Arriving in Hanoi on Friday 22nd December at 5.00am (!), I disembarked from the sleeper train from Lao Cai after a fairly good night’s sleep. My “co-kupé-ettes” (probably not a word, but it should be) were not a party crowd, consisting of a young brother and sister (well, mid-20s is young to me now) and a couple of middle-aged guys, so we were lights out well before 11.00pm.Walking across the tracks, I decided to hang around the station for a couple of hours as I wasn’t sure when the hostel opened, although I needn’t have worried; I just didn’t fancy sitting on the pavement, in the dark early morning in Hanoi.
After checking in and then checking out the dorm and a quick shower, it was time for me to concentrate on the number one priority…to try and hunt down a replacement charger for the laptop. After a trawl of the internet, I found four possible addresses but it eventually took almost 5 hours of walking, talking, taxis and waiting until I found the only place that could supply a new charger, which was the good news, but the bad news was that it wouldn't be here until Monday; I had to hope that they had understood all correctly as the shop staff’s English was only marginally better than my Vietnamese!
As most of the day had gone already, I thought that the time was ripe to relinquish the mad professor haircut that I had been cultivating for the last 20 weeks and take a chance on a Hanoiian Hanoiese Hanoiette a barber’s shop in Hanoi. You will see the result of the work in the photos.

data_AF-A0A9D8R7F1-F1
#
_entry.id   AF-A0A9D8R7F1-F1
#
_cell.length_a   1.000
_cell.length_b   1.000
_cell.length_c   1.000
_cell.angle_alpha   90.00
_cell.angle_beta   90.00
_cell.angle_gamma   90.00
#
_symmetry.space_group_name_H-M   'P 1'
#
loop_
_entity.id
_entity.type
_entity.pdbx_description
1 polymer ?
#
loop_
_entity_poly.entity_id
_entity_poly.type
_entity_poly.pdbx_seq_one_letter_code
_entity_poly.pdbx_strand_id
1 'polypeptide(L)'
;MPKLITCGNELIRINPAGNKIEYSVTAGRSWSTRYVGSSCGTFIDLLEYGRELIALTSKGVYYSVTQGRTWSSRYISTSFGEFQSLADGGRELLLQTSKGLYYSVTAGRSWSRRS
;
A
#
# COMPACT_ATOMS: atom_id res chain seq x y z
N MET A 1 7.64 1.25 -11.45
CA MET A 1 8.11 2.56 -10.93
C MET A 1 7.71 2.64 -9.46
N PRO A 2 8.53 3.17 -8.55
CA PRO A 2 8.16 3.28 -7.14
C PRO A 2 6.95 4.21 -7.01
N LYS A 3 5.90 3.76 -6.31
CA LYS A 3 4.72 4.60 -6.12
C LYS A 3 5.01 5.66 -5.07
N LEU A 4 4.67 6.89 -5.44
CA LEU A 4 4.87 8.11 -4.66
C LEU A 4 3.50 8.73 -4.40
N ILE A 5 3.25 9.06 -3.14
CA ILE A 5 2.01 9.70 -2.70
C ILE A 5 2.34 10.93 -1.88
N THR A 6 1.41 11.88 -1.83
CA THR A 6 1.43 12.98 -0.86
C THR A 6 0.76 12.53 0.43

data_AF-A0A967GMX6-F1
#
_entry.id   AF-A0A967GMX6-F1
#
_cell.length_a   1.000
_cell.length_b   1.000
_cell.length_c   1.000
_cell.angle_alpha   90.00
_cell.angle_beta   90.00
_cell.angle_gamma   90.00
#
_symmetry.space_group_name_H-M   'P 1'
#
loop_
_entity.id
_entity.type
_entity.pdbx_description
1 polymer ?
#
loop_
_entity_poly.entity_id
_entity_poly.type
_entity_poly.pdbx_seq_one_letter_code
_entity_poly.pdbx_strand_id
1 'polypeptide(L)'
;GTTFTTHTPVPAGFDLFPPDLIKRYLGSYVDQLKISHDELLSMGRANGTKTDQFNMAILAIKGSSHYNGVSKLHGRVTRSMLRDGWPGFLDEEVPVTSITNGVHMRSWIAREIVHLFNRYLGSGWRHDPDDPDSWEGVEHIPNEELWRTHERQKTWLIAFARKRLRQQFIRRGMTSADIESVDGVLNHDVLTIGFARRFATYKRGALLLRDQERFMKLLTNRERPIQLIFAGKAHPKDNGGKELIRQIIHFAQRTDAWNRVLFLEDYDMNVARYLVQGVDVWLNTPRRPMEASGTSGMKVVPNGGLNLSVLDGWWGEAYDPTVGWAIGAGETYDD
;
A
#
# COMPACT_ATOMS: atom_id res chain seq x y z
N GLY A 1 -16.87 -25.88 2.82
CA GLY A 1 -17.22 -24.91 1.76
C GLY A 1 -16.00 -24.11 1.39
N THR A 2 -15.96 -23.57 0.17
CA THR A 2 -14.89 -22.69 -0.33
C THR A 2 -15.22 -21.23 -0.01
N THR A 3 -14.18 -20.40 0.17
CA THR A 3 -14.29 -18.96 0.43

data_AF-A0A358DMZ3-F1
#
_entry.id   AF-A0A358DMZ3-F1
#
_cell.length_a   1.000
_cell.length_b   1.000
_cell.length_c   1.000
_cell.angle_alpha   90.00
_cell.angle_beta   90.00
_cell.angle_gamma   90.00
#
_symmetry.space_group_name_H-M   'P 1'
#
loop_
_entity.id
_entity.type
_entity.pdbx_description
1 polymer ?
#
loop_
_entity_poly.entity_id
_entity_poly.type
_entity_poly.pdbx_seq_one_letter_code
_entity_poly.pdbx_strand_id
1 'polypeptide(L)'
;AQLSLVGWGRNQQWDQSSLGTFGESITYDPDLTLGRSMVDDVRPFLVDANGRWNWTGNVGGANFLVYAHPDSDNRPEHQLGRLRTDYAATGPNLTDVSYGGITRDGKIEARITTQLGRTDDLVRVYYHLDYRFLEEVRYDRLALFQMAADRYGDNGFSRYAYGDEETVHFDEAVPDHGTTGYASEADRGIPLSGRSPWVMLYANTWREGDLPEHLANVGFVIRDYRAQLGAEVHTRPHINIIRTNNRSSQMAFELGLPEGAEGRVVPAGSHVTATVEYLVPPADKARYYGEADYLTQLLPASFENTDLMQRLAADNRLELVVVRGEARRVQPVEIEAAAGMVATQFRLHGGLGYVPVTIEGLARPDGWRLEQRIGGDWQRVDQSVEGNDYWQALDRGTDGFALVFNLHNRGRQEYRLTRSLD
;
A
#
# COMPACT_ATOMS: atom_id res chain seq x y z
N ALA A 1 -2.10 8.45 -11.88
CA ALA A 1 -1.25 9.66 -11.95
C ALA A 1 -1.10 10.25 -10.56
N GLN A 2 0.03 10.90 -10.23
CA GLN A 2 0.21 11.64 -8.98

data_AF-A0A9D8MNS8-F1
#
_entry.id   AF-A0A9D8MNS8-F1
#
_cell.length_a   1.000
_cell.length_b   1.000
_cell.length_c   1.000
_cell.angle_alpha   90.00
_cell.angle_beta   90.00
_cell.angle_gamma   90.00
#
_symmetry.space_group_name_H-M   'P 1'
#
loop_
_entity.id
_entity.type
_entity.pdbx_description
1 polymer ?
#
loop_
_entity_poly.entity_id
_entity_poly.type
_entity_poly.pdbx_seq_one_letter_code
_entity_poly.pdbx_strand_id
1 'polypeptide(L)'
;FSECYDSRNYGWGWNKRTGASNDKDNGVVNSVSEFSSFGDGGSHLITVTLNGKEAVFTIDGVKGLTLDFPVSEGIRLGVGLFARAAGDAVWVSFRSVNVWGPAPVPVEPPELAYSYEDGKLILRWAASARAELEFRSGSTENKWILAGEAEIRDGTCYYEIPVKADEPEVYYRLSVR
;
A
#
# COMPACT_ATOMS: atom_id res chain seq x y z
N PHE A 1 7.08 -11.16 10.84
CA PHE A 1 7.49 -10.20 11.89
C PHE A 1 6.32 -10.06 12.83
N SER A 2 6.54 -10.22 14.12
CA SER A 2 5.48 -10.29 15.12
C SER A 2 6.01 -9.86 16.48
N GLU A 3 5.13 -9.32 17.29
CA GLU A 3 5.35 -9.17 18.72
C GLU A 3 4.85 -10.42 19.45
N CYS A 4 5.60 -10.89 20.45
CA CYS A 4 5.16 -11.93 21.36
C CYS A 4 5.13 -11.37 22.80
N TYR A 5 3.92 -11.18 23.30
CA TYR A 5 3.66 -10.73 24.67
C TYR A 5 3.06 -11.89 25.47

Given that I had to be in Hanoi until Monday, I decided to arrange the trip to Halong Bay. This is one of the top tourist attractions in Vietnam (which I had been advised was a “must see”) and there were loads of tour operators to choose from. However, as it was heading towards New Year, a good deal of the tours were full (or so we were told) but I managed to find a place on a mid-range tour through the hostel. The trip would start at 08.30 the next day, but there was still time to have a wander around the Old Quarter of Hanoi.
Hanoi is a ridiculously busy town, with bicycles, motorbikes, scooters and mopeds being the preferred form of transport. When you sit and watch the unchoreographed movements of all the vehicles at junctions, with no apparent rules or right of way, you just wonder how it all happens, but work it seems to. Fortunately, my new found skill set in road crossing, which was started in Russia, honed in Mongolia and perfected in China, proved to be very useful.
After wandering around the old quarter (which is, obviously, code for getting hopelessly lost) I finally found a nice restaurant in which to sample some Hanoi fare; not too bad at all. The journey home was a tad complicated, and I had to ask directions a couple of times but it would have helped if those I asked could have read maps! The journey back to the hostel was further delayed by the numerous offers of a motorbike, then marijuana, women and boys in that order…all politely refused, of course!